In a year of plenty, we’d shrug off the coming increase in the amount of our paycheques that goes toward Canada Pension Plan premiums.

But this is the year of plenty awful. Both employees and their employers have good reason to complain about how much more they’ll pay into the CPP in 2021 and just as good reason to accept it as what’s best for the country.

A one-two punch of CPP premium increases are coming. First, the contribution rate for both employees and employers goes to 5.45 per cent next year from 5.25 per cent in 2020. Second, the amount of income this increase applies to will grow to $61,600 from $58,700. This means you’ll pay the higher contribution rate on an extra $2,900 in income next year, an unusually high increase.

To ease the financial burden of the pandemic, some provincial finance ministers have asked their federal counterpart to put off the increase in contribution rates next year. Citing a strain on both employers and workers, the Canadian Federation of Independent Business has also asked to have next year’s increase in contribution rates paused.

Let’s hope this does not happen. The reason we have the CPP is to provide a reliable base of retirement income for people who may, for reasons like the pandemic, not be able to save enough for retirement on their own. If we start handing out breaks on CPP premium increases, then there will be a negative impact later on benefits.

The increase in contribution rates has been on the books ever since Ottawa and the provinces agreed a few years back on a plan to improve CPP benefits for future retirees. The surprise in this year of the pandemic is that the amount of your annual income that the increase applies to has lurched ahead.

Next year’s rise in the yearly maximum pensionable earnings – called the YMPE in the pension biz – comes to 4.9 per cent. A typical YMPE increase is in the 1-per-cent to 3-per-cent range, a discrepancy that recently caught the eye of financial planner David Field of Papyrus Planning. “How did YMPE jump so high?” he said by e-mail. “That is the question that needs answering.”

The YMPE is based on the year-over-year increase in the average level of earnings for the 12-month period to June 30, Andrew Zur, principal at the human-resources consulting firm Morneau Shepell, said in an interview.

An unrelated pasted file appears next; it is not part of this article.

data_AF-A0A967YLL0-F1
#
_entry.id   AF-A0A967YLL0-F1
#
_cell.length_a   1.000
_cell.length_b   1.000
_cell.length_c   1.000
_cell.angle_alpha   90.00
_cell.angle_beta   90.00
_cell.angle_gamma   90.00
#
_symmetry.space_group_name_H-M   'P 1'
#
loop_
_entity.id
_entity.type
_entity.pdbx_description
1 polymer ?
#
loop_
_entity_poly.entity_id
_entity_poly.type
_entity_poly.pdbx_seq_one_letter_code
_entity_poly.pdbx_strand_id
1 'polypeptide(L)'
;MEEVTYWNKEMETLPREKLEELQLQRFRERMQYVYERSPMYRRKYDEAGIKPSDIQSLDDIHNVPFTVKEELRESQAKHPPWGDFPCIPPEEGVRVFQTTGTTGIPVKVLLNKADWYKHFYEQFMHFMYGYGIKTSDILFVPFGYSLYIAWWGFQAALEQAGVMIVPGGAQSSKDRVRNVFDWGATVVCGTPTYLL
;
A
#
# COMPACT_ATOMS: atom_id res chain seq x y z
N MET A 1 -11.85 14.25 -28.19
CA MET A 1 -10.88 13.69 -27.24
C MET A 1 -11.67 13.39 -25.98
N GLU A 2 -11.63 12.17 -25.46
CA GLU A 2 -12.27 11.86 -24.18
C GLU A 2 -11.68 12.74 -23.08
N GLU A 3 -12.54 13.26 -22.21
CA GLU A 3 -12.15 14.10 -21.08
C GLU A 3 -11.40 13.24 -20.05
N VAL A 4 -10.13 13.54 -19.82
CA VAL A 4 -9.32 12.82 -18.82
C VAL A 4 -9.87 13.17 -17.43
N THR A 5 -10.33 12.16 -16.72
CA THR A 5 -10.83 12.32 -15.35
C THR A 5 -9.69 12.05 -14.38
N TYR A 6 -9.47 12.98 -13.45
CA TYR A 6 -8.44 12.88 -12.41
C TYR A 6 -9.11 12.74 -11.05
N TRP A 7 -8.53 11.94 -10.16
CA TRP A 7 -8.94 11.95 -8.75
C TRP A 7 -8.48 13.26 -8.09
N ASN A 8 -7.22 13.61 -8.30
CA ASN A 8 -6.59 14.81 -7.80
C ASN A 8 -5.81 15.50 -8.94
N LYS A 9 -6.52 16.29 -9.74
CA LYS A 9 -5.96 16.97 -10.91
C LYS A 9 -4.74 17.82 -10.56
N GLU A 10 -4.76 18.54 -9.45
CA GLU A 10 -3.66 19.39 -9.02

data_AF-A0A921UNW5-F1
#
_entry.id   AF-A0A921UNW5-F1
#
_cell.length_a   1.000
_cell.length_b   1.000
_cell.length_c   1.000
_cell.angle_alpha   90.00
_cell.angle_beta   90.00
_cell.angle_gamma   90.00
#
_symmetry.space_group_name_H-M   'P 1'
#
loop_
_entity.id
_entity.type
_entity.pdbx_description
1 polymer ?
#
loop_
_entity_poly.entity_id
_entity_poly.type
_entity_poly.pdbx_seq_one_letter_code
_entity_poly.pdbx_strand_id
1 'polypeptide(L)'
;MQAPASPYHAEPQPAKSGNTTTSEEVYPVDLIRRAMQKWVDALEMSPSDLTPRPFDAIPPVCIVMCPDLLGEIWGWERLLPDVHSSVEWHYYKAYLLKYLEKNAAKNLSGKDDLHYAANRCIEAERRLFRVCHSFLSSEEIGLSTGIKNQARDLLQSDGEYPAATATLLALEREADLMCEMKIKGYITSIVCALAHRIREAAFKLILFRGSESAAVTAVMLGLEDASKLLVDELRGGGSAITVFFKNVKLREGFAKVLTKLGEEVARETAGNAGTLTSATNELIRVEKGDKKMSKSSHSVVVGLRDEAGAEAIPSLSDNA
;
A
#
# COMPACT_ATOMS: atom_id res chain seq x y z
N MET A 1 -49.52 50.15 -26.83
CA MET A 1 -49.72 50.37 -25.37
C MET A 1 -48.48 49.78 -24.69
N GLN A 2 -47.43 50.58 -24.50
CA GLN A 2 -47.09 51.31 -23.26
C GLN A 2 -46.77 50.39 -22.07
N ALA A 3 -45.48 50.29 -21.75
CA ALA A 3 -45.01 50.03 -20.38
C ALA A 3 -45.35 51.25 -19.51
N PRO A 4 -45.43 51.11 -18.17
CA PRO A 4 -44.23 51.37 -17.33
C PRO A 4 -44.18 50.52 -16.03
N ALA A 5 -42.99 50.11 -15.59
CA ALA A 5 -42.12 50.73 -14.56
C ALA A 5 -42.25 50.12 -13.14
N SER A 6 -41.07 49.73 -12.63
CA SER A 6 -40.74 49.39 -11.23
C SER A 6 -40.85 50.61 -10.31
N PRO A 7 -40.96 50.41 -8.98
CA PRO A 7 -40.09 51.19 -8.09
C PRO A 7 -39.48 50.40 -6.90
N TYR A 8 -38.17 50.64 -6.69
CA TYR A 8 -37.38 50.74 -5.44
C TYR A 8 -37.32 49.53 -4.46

Wait, what? In a pandemic that has shut parts of the economy down at least temporarily, people were making 4.9 per cent more than they were 12 months earlier? Mr. Zur said this increase results from the fact the workers who lost their jobs in the pandemic were disproportionately in the low- and middle-wage bracket. Take them out of the calculation and you end up with a higher average wage.

Mr. Zur pointed out the average wage in June alone was actually 9 per cent higher than in the same month of 2019. “So, the full impact of COVID was not reflected in this year’s YMPE,” he said. “It actually could be reflected in next year’s YMPE as well.”

A sharp increase in the YMPE isn’t just a takeaway, though. “They’re taking in more money, but they’re also going to be paying out more as a result of the higher YMPE,” said financial planner and retirement expert Alexandra Macqueen.

She explained while in the work force, the CPP retirement benefits you build are increased every year by the YMPE. A larger than usual jump in the YMPE in 2021 and maybe 2022 will nudge your ultimate CPP payouts a little bit higher than you might otherwise have received. Note: After you retire and start CPP benefits, your payments rise annually by the rate of inflation.

Lower income people will be less affected than high earners by the premium hikes coming for CPP next year. If you make $30,000 or $40,000, the higher YMPE is immaterial and only the contribution rate increase applies. Also, there’s a $3,500 basic exemption amount on earnings. The higher rate applies only on earnings between that amount and the YMPE.

Call it bad timing to increase premiums for the CPP in a pandemic, but not bad policy. Those people hurt financially by COVID-19 will need the CPP more than ever when they retire.

The Globe and Mail, December 1, 2020